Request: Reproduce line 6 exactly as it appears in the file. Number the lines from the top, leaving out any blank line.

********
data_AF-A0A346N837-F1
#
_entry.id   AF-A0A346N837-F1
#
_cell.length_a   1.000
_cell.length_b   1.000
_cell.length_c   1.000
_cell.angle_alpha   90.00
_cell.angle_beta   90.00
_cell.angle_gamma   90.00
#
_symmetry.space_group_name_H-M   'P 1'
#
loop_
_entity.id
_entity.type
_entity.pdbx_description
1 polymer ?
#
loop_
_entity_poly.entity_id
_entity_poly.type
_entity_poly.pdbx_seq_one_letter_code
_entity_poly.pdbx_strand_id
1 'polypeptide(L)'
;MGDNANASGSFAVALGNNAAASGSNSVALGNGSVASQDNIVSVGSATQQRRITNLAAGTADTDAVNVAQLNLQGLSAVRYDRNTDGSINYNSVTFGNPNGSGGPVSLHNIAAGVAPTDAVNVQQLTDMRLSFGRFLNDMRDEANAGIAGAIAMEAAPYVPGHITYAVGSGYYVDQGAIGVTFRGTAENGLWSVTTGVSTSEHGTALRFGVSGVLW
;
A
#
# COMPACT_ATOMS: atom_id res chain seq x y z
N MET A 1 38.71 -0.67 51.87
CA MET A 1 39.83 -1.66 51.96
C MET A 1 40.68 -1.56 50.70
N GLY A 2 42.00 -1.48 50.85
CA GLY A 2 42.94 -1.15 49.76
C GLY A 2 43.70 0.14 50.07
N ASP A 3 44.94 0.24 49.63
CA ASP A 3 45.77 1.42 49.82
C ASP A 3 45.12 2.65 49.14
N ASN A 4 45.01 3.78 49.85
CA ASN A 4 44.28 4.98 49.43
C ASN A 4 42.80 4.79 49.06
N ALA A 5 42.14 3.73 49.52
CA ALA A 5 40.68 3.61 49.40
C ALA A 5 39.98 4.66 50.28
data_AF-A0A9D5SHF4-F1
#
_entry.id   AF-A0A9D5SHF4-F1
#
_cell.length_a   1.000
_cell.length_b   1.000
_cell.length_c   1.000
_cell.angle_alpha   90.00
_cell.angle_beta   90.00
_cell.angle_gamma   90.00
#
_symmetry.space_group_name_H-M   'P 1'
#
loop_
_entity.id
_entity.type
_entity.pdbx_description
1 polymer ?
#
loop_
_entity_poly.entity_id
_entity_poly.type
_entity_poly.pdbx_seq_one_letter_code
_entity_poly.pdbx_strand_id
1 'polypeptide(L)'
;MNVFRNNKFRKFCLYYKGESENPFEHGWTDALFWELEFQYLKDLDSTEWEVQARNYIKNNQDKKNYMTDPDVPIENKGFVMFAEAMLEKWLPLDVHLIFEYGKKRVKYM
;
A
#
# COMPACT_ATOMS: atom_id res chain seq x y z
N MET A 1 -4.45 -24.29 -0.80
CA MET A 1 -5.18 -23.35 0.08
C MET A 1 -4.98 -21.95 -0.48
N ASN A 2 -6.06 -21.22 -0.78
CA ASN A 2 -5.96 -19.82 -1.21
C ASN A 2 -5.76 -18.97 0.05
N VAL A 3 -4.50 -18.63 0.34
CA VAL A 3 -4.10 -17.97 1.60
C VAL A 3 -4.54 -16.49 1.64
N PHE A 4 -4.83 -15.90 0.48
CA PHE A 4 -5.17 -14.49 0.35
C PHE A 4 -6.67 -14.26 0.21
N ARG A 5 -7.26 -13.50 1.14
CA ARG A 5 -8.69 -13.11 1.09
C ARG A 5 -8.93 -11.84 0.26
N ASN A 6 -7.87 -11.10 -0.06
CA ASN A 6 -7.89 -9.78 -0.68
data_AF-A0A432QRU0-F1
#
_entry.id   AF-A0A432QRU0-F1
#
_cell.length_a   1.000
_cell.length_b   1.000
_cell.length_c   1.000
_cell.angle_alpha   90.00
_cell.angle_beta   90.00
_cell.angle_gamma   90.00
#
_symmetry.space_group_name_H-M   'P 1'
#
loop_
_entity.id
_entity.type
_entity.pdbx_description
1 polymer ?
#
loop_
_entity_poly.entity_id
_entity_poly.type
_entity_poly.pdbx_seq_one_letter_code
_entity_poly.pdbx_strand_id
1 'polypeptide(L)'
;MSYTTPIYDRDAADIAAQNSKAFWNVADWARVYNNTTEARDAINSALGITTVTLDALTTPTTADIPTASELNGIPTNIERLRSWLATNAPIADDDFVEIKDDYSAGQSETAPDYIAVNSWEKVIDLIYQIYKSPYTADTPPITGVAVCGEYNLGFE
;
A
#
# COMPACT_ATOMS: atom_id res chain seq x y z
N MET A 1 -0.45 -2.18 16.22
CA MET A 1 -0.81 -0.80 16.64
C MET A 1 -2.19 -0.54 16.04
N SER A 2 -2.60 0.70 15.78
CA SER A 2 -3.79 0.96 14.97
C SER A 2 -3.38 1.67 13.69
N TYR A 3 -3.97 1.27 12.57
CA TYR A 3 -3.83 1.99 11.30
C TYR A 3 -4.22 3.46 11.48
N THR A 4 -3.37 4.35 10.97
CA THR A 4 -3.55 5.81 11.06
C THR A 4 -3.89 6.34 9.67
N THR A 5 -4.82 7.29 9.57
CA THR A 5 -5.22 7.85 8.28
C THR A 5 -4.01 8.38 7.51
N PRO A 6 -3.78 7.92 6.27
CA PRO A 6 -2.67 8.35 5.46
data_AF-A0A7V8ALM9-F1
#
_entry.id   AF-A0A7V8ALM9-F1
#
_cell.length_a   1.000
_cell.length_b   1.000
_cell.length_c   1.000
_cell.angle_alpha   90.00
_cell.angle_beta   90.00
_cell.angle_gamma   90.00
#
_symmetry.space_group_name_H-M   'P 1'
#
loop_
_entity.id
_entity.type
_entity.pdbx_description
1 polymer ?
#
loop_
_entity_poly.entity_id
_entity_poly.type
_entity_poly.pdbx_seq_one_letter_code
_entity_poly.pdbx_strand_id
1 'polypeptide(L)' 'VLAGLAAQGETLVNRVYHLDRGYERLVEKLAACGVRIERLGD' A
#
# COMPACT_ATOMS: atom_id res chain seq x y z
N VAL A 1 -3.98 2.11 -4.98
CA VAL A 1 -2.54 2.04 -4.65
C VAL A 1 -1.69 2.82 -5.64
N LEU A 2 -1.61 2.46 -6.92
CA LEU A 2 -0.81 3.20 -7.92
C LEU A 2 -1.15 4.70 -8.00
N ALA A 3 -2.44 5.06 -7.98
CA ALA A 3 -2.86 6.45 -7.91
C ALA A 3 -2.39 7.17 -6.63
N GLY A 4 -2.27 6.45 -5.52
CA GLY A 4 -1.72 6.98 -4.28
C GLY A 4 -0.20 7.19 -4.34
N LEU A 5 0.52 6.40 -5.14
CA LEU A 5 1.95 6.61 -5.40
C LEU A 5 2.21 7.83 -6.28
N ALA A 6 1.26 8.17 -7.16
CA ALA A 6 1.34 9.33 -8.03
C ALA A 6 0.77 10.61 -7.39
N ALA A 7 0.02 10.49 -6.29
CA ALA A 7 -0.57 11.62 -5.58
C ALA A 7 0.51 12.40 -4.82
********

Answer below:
_cell.length_b   1.000